The reintroduction of bulky waste collections free of charge from Croydon Council, announced at this week’s Town Hall cabinet meeting, comes after lobbying from Inside Croydon.
The decision reverses a penny-wise, pound-foolish austerity cut applied by the previous Conservative administration.
The free collections will also provide the borough’s law-abiding private landlords with a useful additional service in return for their licensing fees, and so should see fewer mattresses and discarded bits of furniture dumped on our pavements in the expectation that the Fly-tipping Fairy will come along and whisk them away, as if by magic.
Stuart Collins, the Labour-run council’s cabinet member responsible for street cleaning, together with other senior councillors, were approached by Inside Croydon in November with the commonsense policy initiative. The free collections could end up paying for themselves by reducing the existing money spent on sending out vans to pick up dumped domestic items. Offering a free service to Croydon residents also removes any excuse that fly-tippers might have had for discarding domestic rubbish in an anti-social manner.
“This initiative gives a minority of residents who fly-tip fewer excuses not to get rid of their waste responsibly like everyone else does,” Collins told the cabinet meeting, echoing the briefing from Inside Croydon.
“This also gives an extra incentive for even more residents to sign up and join the thousands of households that already use our good-value bulky waste collection service.”
Every household in the borough will now have up to three free bulky waste collections each year.
When discussed with Collins last year, the initial thought was to trial the scheme in two or three wards, to test its effectiveness and popularity and monitor the cost implications. Now, Collins says, the service will come in from April – just ahead of May’s local elections. Which is handy.
With so many people living in furnished, private flats, landlords routinely have to replace key items each time they get a new tenant. Old mattresses left out on the streets have become a commonplace sight. This free service should help to reduce and hopefully eliminate that scourge. And landlords who fail to make good use of the free collections could face even sterner penalties under the licensing scheme.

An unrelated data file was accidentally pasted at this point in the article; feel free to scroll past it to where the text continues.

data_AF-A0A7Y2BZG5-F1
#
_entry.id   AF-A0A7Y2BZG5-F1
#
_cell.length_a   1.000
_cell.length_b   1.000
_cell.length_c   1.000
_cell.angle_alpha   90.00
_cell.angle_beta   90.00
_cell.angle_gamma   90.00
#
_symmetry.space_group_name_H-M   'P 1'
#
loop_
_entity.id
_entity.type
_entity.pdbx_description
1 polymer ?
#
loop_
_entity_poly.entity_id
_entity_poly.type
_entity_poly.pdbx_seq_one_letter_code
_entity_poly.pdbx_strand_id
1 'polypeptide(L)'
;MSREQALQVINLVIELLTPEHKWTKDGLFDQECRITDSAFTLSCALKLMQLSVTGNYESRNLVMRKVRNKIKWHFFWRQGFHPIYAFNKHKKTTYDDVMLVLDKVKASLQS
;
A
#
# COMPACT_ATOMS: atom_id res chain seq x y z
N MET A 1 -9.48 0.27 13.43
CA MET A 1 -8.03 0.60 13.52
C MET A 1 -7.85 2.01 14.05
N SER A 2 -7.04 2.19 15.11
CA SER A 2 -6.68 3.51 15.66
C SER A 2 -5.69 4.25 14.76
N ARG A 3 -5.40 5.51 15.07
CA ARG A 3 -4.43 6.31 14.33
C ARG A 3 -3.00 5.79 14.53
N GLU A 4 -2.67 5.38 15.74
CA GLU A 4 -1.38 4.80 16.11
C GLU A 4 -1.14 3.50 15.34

Currently residents pay the council £10 every time they want up to seven items of bulky waste to be disposed of, from bed frames to washing machines. Collecting eight to 14 items costs householders £20 a time.
The council says that, of almost 200 prosecutions under its Don’t Mess With Croydon clampdown since 2015, several involved offenders who had dumped bulky waste such as furniture. White goods are also fly-tipped in Croydon by residents trying to dodge paying for the collection.
The three free collections can be for up to two bulky waste collections, and one white goods collection for items like fridges or dishwashers.
There is, though, a snag.
To qualify for these free collections, residents will have to sign up online to the council’s bulky waste service via the unreliable MyAccount system.
Having a more detailed register of bulky waste collections is also expected to make it even easier for council staff to investigate large fly-tips, the council claims.
With those Town Hall elections coming up, the Labour-run authority is also pushing through other spending announcements, including recruiting 20 additional enforcement officers, increasing the number of staff patrolling the streets by 50 per cent.
Council enforcement officers deal with anti-social behaviour and seek to protect the quality of the local environment; they can issue fixed penalty notices and on-the-spot £60 fines for littering, spitting and even dropping a cigarette butt, as well as larger scale offences such as fly-tipping.
“At a time when public services are under such pressure we hope that increasing our visible uniformed presence on our streets provides reassurance – supporting residents who are doing the right thing by ensuring that those who don’t, face the consequences,” said Hamida Ali, the cabinet member for enforcement officers and stuff.
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